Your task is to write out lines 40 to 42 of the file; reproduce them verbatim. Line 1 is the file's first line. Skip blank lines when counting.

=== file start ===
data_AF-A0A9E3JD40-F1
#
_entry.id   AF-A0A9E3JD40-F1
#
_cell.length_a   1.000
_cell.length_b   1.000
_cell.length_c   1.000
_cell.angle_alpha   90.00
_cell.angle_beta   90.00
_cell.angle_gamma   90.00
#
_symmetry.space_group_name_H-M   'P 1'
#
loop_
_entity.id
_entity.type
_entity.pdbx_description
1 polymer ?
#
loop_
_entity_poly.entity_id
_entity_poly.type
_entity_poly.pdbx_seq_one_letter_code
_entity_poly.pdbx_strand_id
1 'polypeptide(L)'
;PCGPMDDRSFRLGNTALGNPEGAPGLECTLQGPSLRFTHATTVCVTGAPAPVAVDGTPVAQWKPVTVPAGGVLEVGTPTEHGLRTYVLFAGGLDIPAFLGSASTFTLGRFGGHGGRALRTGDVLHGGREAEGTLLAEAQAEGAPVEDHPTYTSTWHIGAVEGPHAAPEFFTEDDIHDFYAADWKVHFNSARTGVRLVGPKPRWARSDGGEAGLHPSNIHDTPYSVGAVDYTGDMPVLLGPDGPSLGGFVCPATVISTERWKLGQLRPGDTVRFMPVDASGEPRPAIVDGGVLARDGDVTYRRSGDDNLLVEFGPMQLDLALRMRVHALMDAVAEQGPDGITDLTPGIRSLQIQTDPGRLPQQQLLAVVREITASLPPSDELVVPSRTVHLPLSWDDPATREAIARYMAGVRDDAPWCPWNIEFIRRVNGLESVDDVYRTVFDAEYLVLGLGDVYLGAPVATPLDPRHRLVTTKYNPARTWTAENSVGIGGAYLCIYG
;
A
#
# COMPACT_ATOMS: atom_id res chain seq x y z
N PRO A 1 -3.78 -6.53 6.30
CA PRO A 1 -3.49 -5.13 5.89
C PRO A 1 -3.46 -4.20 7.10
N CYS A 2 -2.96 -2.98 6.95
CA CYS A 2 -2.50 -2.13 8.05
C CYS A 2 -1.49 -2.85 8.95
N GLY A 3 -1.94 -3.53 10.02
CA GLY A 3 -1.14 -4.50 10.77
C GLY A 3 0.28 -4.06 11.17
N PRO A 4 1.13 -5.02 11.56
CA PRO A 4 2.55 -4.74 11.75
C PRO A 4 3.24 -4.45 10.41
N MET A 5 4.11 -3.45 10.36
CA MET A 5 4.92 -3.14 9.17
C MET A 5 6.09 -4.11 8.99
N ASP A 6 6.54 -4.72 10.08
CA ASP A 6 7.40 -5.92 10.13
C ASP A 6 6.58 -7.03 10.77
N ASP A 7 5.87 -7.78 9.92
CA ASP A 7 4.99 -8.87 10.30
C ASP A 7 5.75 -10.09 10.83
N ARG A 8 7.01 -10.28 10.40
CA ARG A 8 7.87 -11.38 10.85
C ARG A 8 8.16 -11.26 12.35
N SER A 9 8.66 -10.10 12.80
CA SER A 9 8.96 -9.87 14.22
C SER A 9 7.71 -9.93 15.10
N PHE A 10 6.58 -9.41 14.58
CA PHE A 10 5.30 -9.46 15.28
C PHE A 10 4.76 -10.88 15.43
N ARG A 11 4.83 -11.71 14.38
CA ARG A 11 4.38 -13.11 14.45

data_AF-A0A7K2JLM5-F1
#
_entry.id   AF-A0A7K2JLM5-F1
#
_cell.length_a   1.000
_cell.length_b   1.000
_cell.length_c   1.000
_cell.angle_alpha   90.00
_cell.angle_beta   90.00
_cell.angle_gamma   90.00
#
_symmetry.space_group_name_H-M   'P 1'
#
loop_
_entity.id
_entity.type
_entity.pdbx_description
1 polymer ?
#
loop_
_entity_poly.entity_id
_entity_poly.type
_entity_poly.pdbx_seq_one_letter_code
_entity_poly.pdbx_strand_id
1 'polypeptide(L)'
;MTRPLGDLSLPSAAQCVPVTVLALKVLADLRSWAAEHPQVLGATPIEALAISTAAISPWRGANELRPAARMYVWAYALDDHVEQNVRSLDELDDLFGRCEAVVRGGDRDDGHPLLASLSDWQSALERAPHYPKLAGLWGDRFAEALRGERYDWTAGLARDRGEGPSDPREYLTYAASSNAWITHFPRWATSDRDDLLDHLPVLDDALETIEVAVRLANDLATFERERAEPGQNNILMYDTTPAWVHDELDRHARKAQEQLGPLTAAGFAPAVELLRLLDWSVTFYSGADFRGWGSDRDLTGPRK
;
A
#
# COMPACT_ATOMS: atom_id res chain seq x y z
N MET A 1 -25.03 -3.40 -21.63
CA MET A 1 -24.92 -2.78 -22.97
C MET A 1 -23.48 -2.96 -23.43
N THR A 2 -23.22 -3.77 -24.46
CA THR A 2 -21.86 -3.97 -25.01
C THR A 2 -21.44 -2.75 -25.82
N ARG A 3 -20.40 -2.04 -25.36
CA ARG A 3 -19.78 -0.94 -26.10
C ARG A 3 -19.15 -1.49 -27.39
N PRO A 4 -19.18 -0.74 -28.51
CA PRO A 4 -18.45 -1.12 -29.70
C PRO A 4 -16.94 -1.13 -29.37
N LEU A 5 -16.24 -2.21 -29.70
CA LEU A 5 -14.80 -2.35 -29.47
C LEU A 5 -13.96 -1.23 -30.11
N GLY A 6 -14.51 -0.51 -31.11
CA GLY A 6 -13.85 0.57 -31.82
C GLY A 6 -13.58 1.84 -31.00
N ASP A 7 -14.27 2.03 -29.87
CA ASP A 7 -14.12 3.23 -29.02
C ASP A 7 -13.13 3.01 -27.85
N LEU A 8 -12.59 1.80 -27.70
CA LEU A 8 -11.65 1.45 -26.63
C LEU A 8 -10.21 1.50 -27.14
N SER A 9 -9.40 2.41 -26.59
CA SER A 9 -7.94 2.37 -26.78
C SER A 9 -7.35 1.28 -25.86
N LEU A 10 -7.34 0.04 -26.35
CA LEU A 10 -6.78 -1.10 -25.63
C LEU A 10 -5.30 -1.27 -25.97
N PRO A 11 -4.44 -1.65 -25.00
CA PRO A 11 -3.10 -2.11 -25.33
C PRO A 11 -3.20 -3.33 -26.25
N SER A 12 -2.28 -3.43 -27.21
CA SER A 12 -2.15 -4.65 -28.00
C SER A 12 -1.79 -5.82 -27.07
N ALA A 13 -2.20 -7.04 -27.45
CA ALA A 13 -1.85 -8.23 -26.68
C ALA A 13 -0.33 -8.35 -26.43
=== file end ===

N PRO A 4 1.13 -5.02 11.56
CA PRO A 4 2.55 -4.74 11.75
C PRO A 4 3.24 -4.45 10.41